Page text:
Crowns

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Crowns

Literature Project
Dental Lab Procedures
Crowns
A crown is a tooth shaped cap that is put on over the tooth to restore the size and the strength of that tooth.   When the crown is cemented into place it appears as the original tooth above the gum line.   Crowns are great options for those weak teeth that sometimes we have no control over.   Most crowns require two visits.   The first visit the dentist will prepare the tooth and make the temporary.   On the second visit, the patient receives the crown for fitting.   For the all porcelain crowns, depending on the technology in the office, it takes one day.   In that one day the tooth is prepared, and with a special machine, the crown can be made in the office.   Therefore, there is no need for a temporary.  
There are many reasons a crown may be needed.   One reason is to protect a weak tooth, possibly from decay.   Another reason is to restore a broken tooth.   Also they are needed to cover a tooth with a large filling, to hold a bridge in place, to cover discolored teeth, and to cover an implant.   Along with the various needs for a crown, there are a variety of types.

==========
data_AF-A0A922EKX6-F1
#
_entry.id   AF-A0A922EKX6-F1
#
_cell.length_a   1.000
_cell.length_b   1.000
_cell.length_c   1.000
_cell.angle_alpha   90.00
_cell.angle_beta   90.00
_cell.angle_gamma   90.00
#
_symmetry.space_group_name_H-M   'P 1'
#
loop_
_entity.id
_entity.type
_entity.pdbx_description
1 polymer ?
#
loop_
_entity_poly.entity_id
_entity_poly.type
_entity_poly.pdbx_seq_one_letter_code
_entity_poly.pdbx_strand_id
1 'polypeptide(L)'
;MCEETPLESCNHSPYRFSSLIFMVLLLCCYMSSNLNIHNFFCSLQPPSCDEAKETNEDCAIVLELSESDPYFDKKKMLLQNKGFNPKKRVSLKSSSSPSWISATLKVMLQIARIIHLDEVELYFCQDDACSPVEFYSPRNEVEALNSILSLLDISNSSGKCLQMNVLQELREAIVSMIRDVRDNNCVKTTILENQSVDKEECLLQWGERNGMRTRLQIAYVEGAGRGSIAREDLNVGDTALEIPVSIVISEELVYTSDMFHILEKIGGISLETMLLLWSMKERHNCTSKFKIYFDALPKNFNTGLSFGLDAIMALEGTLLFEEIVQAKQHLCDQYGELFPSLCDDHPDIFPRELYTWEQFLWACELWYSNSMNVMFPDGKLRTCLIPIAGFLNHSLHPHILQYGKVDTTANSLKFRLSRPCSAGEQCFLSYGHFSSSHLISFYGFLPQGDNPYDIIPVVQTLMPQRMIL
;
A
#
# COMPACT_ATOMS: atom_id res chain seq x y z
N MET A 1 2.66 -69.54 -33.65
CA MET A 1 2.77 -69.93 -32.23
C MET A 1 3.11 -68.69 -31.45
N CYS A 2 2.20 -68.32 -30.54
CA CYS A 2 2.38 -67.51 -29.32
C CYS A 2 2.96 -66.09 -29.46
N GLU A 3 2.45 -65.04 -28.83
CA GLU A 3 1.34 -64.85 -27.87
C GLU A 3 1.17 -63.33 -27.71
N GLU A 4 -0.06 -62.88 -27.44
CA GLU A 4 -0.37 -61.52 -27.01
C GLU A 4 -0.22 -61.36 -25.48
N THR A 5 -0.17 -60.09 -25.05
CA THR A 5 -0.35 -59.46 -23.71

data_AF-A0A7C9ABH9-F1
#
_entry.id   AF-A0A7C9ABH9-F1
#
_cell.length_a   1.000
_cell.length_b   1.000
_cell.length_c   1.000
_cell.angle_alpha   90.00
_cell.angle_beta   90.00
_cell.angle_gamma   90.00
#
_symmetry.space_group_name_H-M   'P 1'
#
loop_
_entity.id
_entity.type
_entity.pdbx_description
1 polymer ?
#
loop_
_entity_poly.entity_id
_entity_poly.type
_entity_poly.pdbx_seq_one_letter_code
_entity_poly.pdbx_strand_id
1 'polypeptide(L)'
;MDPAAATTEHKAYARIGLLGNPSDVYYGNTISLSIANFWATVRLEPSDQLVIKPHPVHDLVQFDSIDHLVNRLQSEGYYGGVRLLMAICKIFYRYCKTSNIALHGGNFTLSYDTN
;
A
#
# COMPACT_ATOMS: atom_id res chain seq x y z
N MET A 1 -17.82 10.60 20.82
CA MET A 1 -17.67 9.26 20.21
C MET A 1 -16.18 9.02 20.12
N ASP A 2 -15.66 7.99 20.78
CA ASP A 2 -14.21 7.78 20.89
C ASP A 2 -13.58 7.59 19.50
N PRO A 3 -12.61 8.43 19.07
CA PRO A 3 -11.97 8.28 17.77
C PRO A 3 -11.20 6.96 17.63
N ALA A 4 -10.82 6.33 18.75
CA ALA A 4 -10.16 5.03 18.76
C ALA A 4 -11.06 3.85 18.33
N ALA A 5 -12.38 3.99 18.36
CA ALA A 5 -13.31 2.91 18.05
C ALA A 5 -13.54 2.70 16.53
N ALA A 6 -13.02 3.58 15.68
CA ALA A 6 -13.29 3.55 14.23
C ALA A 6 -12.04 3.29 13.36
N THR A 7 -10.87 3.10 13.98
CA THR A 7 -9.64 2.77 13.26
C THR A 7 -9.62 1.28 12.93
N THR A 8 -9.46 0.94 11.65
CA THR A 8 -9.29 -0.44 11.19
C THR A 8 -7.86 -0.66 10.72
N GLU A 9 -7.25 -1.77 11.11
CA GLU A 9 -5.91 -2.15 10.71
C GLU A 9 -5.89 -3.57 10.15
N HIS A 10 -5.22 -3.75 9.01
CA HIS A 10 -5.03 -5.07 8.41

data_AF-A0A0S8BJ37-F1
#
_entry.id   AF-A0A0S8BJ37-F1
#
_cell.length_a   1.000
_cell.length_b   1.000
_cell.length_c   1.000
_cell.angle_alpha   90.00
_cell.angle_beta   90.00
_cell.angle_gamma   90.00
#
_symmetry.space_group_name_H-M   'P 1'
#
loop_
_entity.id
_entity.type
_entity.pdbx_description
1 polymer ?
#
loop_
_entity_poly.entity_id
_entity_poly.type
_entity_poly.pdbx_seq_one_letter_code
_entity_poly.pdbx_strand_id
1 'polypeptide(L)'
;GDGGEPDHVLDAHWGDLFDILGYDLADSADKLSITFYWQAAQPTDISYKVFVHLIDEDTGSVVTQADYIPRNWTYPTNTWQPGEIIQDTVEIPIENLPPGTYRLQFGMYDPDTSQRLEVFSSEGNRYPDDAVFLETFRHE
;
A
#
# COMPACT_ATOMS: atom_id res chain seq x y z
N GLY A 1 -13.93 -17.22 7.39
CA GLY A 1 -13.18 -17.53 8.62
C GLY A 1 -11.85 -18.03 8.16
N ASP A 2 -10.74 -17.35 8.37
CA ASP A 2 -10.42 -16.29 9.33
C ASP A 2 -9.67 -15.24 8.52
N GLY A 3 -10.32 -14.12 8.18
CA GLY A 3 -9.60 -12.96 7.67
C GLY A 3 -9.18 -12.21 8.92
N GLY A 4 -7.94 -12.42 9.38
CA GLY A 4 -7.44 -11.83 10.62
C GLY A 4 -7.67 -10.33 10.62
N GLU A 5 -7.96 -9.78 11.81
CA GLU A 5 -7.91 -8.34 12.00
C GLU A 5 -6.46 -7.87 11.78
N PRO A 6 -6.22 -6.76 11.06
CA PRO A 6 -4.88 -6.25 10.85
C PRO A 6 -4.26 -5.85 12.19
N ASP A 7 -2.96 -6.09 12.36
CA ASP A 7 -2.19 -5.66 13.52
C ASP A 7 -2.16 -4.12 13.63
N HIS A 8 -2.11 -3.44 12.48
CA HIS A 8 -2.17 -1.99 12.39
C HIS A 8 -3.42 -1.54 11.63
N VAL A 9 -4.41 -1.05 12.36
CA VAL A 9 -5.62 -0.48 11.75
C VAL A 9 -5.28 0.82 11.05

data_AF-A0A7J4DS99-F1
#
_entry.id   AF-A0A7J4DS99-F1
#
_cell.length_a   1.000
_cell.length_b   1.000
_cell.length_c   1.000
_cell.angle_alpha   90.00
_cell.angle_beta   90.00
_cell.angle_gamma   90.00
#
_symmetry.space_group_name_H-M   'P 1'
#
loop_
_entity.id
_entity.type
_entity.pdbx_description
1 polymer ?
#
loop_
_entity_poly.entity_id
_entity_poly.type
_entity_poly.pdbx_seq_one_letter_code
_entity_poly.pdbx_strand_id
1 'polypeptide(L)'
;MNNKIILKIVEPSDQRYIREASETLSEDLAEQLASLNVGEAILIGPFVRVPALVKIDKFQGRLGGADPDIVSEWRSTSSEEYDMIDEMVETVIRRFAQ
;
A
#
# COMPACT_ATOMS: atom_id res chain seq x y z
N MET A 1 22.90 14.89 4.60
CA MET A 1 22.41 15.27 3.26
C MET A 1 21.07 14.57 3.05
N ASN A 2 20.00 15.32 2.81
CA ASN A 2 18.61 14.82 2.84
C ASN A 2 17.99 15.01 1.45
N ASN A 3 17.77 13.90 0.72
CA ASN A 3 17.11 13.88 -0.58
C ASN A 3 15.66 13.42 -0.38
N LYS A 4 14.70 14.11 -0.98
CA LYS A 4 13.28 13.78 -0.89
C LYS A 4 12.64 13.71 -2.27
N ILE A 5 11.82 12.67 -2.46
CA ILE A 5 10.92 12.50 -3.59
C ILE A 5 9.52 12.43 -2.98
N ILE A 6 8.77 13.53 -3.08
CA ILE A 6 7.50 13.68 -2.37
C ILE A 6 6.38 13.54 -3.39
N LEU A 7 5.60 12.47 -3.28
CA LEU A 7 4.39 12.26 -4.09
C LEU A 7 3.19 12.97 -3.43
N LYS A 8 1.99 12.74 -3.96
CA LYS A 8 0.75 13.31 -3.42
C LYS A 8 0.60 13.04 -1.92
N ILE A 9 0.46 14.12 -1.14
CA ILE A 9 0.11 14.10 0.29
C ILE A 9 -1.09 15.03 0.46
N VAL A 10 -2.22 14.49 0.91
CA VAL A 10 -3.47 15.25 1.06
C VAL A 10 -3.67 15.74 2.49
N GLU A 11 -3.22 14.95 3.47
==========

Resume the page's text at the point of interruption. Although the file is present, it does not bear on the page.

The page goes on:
These permanent crowns can be all metal, porcelain-fused-to metal, all resin, or all ceramic.   The metal crowns are composed of gold alloy, other alloys, or a base-metal alloy.   For this type of crown, less tooth structure needs to be removed and the wearing of the opposing teeth is kept to a minimum.   This type of crown probably lasts the longest in terms of wearing down because they rarely chip or break.   The main reason this type is not chosen as much anymore is because of the esthetics.   Otherwise, it is a good choice for out of sight molars.
Porcelain-fused-to-metal crowns can be matched to your other teeth but the opposing teeth receive more wear than the all metal and resin crowns.   This crown can be a good choice for the front or back teeth.   One thing to consider is that the metal lining can show at the gum line and even more so if your gums...

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